Whether or not you’re trying to lose weight, you can eat healthfully when dining out or bringing in food, if you know how. The following tips will help you move toward healthier eating as you limit your calories, as well as fat, saturated fat, cholesterol, and sodium when eating out.
You Are the Customer
- Ask for what you want. Most restaurants will honor your requests.
- Ask questions. Don’t be intimidated by the menu-your server will be able to tell you how foods are prepared or suggest substitutions on the menu.
- To reduce portion sizes, try ordering appetizers as your main meal or share an entree with a
- friend or family member.
- General tips: Limiting your calories and fat can be easy as long as you know what to order.
Try asking these questions when you call ahead or before you order. Ask the restaurant, whether they would, on request, do the following:
- Serve fat-free (skim) milk rather than whole milk or cream
- Reveal the type of cooking oil used
- Trim visible fat off poultry or meat
- Leave all butter, gravy, or sauces off a side dish or entree
- Serve salad dressing on the side
- Accommodate special requests if made in advance by telephone or in person
Above all, don’t get discouraged. There are usually several healthy choices to choose from at most restaurants.
Reading the Menu
- Choose lower calorie, low-fat cooking methods. Look for terms such as, “steamed in its own juice” (au jus), “garden fresh,” “broiled,” “baked,” “roasted,” “poached,” “tomato juice,” “dry boiled” (in wine or lemon juice), or “lightly sautéed.
- Be aware of foods high in calories, fat, and saturated fat. Watch out for terms such as “butter sauce,” “fried,” “crispy,” “creamed,” “in cream or cheese sauce,” “au gratin,” “au fromage,” “escalloped,” “parmesan,” “hollandaise,” “bearnaise,” “marinated (in oil),” “stewed,” “basted,” “sautéed,” “stir-fried,” “casserole,” “hash,” “prime,” “pot pie,” and “pastry crust.”
Specific Tips for Healthy Choices
- Fresh fruit or small glass of citrus juice
- Whole grain bread, bagel, or English muffin with jelly or honey
- Whole grain cereal with low-fat (1%) or fat-free milk
- Oatmeal with fat-free milk topped with fruit
- Omelet made with egg whites or egg substitute
- Multigrain pancakes without butter on top
- Fat-free yogurt (Try adding cereal or fresh fruit.)
- Water with lemon
- Flavored sparkling water (noncaloric)
- Juice spritzer (half fruit juice and half sparkling water)
- Iced tea
- Tomato juice (reduced sodium)
Most bread and bread sticks are low in calories and low in fat. The calories add up when you add butter, margarine, or olive oil to the bread. Also, eating a lot of bread in addition to your meal will fill you up with extra unwanted calories and not leave enough room for fruits and vegetables.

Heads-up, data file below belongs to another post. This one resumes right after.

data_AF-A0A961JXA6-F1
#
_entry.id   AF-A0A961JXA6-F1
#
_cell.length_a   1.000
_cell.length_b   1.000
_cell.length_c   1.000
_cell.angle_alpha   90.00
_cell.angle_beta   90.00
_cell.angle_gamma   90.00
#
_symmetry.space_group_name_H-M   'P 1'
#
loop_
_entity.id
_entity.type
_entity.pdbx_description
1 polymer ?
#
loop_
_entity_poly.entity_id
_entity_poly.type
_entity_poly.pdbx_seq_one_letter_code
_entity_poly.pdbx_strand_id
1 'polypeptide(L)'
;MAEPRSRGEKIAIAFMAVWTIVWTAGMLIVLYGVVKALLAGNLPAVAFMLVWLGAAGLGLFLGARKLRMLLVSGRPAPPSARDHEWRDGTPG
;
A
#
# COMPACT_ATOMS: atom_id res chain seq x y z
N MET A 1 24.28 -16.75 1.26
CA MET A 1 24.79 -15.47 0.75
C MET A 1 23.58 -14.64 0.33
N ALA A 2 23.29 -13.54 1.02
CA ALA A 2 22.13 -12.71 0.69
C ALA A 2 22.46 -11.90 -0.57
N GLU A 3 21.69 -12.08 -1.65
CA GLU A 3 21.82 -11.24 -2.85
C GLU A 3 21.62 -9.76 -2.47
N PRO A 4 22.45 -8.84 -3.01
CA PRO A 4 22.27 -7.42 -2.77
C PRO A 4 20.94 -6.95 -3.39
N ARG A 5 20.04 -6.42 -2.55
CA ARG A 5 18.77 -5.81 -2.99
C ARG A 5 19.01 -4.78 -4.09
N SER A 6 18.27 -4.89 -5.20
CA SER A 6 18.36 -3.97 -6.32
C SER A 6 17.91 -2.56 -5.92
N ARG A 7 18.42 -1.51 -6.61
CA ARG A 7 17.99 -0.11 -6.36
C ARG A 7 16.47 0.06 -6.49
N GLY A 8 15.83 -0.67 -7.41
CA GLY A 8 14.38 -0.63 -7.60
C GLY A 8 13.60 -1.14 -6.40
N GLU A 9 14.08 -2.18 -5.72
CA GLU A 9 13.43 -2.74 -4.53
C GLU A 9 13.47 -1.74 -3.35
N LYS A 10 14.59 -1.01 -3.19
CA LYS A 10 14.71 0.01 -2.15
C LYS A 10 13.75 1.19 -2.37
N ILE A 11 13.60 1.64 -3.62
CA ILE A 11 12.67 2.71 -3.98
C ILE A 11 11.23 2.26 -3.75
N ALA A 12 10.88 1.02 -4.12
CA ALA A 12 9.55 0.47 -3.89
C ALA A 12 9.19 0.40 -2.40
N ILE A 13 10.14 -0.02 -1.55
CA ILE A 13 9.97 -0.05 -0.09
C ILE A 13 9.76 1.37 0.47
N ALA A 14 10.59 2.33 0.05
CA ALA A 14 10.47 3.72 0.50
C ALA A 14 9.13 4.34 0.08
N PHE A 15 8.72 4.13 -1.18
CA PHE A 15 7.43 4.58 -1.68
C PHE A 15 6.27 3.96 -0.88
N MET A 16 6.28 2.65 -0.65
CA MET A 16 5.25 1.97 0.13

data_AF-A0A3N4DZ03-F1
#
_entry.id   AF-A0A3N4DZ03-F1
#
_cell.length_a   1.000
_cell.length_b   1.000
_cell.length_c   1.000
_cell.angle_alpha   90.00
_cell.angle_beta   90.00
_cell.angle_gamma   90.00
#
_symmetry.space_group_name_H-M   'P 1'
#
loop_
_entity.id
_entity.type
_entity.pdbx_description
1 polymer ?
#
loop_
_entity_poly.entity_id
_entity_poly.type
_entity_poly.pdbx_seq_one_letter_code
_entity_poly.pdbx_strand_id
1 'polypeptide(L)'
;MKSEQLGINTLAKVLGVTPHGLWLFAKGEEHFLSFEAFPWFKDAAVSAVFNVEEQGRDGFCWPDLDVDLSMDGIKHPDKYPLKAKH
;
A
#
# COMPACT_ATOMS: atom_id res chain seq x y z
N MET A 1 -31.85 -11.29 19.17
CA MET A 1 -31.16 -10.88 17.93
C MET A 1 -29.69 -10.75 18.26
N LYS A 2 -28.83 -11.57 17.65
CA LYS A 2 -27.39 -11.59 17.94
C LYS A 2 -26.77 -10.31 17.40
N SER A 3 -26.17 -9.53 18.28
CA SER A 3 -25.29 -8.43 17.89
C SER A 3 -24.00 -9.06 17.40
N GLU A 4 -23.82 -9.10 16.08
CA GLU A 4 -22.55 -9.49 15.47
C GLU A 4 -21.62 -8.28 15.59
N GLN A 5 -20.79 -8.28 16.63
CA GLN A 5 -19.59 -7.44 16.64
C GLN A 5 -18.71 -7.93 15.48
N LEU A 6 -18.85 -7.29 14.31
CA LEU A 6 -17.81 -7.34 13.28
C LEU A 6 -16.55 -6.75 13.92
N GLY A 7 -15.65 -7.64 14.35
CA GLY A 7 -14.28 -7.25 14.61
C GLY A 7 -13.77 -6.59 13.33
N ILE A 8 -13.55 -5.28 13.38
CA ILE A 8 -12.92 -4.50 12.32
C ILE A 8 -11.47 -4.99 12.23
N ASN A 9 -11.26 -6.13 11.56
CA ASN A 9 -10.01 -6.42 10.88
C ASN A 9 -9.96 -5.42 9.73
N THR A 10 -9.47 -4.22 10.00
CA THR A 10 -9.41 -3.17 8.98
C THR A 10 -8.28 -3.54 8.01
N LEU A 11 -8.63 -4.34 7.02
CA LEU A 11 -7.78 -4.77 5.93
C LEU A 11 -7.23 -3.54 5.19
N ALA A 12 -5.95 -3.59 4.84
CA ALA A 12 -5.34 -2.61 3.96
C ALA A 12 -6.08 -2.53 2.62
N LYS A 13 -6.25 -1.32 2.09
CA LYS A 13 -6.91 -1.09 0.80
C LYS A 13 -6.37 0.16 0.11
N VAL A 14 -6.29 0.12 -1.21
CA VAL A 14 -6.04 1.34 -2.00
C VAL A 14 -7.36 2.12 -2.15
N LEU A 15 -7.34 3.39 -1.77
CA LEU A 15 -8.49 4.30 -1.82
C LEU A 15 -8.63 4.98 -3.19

- Steamed seafood
- Shrimp cocktail (limit cocktail sauce—it’s high in sodium). If you are on a cholesterol-lowering diet, eat shrimp and other shellfish in moderation.
- Melons or fresh fruit
- Bean soups
- Salad with reduced fat dressing (or add lemon juice or vinegar)
- Poultry, fish, shellfish, and vegetable dishes are healthy choices
- Pasta with red sauce or with vegetables (primavera)
- Look for terms such as “baked,” “broiled,” “steamed,” “poached,” “lightly sauteed,” or “stir-fried”
- Ask for sauces and dressings on the side
- Limit the amount of butter, margarine, and salt you use at the table
- Fresh greens, lettuce, and spinach
- Fresh vegetables—tomato, mushroom, carrots, cucumber, peppers, onion, radishes, and broccoli
- Beans, chickpeas, and kidney beans
- Skip the nonvegetable choices: deli meats, bacon, egg, cheese, croutons
- Choose lower calorie, reduced fat, or fat-free dressing; lemon juice; or vinegar
- Vegetables and starches (rice, potato, noodles) make good additions to meals and can also be combined for a lower calorie alternative to higher calorie entrees
- Ask for side dishes without butter or margarine
- Ask for mustard, salsa, or low-fat yogurt instead of sour cream or butter
- Fresh fruit
- Fat-free frozen yogurt
- Sherbet or fruit sorbet (these are usually fat-free, but check the calorie content)
- Try sharing a dessert
- Ask for low-fat milk for your coffee (instead of cream or half-and-half)
SOURCE: National Institutes of Health – Aim for a Healthy Weight – Publication No. 05-5213. Aug. 2015. (www.nhlbi.nih.gov)